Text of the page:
RICHARD “RICOCHET RICK” MAGILLICUTTY was definitely a thinker. The problem was, one moment he might be thinking about String Theory, and the next about String Cheese. Whatever was on his mind at the moment was exactly that, on his mind for just that moment. Conversation was impossible, as no sooner did he speak then his focus was gone, on to the next tangentially related topic.
Magillicutty’s thoughts were so instantaneous, in fact, that he became the subject of exhaustive scientific research and even appeared on the Halloween cover of Popular Mechanics.
That steel-cut engraving, shown here, portrays Magillicutty in state-of-the-art, high-speed composite imagery, capturing in a nano-second electrical signals transmitted via the synapses of his brain merely upon hearing the word “bedpan.”
Aside from such such pop culture notoriety, however, his true genius went undiscovered. “Dicko the Richo,” as his friends called him, might be everybody’s favorite partner when playing Charades, but otherwise he was a curiosity and little more.
Then one day, overheard in his cubicle making rapid-fire suggestions for possible lunch spots (“Mexican…Burgers…Chinese…Pizza…”), Magillicutty was tapped for a brainstorming session, and the rest is history.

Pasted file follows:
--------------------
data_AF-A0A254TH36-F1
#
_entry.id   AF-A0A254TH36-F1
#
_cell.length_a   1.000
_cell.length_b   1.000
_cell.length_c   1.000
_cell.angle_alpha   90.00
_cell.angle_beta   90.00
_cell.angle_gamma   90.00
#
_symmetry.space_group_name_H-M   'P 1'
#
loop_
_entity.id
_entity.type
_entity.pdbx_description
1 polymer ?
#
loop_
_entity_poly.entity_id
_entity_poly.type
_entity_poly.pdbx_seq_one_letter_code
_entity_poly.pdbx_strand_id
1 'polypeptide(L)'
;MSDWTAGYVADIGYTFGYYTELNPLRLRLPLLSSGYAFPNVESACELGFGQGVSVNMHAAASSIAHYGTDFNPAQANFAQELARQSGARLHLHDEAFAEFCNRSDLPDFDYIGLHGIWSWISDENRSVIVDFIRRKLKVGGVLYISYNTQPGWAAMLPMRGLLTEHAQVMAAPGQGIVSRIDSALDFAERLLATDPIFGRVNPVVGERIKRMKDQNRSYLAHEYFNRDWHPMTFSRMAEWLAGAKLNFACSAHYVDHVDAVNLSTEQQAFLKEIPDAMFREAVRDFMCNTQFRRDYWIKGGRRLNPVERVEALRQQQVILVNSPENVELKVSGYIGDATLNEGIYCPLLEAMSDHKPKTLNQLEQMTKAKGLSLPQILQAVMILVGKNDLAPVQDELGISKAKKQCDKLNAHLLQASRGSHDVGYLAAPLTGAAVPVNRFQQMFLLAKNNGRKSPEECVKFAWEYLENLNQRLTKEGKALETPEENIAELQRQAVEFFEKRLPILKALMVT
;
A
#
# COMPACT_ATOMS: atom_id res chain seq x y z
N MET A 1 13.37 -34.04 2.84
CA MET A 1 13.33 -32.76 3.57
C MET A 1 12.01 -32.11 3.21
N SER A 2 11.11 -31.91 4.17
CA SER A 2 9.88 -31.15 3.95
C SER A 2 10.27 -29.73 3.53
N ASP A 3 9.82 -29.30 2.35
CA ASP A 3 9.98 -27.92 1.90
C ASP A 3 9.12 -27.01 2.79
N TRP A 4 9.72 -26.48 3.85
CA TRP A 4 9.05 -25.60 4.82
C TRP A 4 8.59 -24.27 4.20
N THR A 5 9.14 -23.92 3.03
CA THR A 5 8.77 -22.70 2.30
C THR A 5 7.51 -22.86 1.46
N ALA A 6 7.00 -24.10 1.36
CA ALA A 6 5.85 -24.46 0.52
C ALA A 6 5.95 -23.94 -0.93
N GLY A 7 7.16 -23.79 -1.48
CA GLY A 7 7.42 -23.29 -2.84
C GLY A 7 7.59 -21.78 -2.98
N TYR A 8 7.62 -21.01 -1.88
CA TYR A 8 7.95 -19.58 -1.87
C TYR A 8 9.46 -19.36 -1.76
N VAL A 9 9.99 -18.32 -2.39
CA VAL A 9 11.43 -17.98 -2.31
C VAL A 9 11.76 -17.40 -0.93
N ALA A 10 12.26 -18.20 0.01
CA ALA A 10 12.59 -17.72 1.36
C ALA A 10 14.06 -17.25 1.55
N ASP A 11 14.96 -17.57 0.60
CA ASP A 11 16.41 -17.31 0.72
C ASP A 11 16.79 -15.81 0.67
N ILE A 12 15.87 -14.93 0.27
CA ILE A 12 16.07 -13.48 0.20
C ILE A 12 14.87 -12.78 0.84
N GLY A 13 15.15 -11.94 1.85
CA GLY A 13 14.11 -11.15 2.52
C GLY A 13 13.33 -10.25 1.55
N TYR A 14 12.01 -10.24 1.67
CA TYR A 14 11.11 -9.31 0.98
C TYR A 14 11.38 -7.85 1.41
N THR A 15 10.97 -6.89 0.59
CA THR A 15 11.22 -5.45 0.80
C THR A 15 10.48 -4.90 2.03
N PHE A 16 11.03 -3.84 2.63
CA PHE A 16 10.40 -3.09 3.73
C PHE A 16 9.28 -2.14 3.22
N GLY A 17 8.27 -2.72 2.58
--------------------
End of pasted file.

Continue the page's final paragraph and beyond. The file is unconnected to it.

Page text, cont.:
“Ricochet Rick” neither rose to a position of prestige nor ever became a famous creative director or writer. But he earned respect and acclaim as an unfailing source of concepts, a virtual idea machine, offering up more options for consideration than a team could process. Among others, his brainstorming sessions are responsible for innumerable advertising campaigns, the abbreviations for seven chemicals on the Periodic Table of Elements, and the noteworthy, if failed, invention of the automatic cat washing machine. And that’s what makes him a Pioneer of Creativity.
THE “PIONEERS OF CREATIVITY” ARE HEROES OF THOUGHT AND INGENUITY WHO HAVE PAVED THE WAY FOR ALL BY THE USE OF COURAGE, DETERMINATION, AND THEIR VERY ODD-LOOKING HEADS.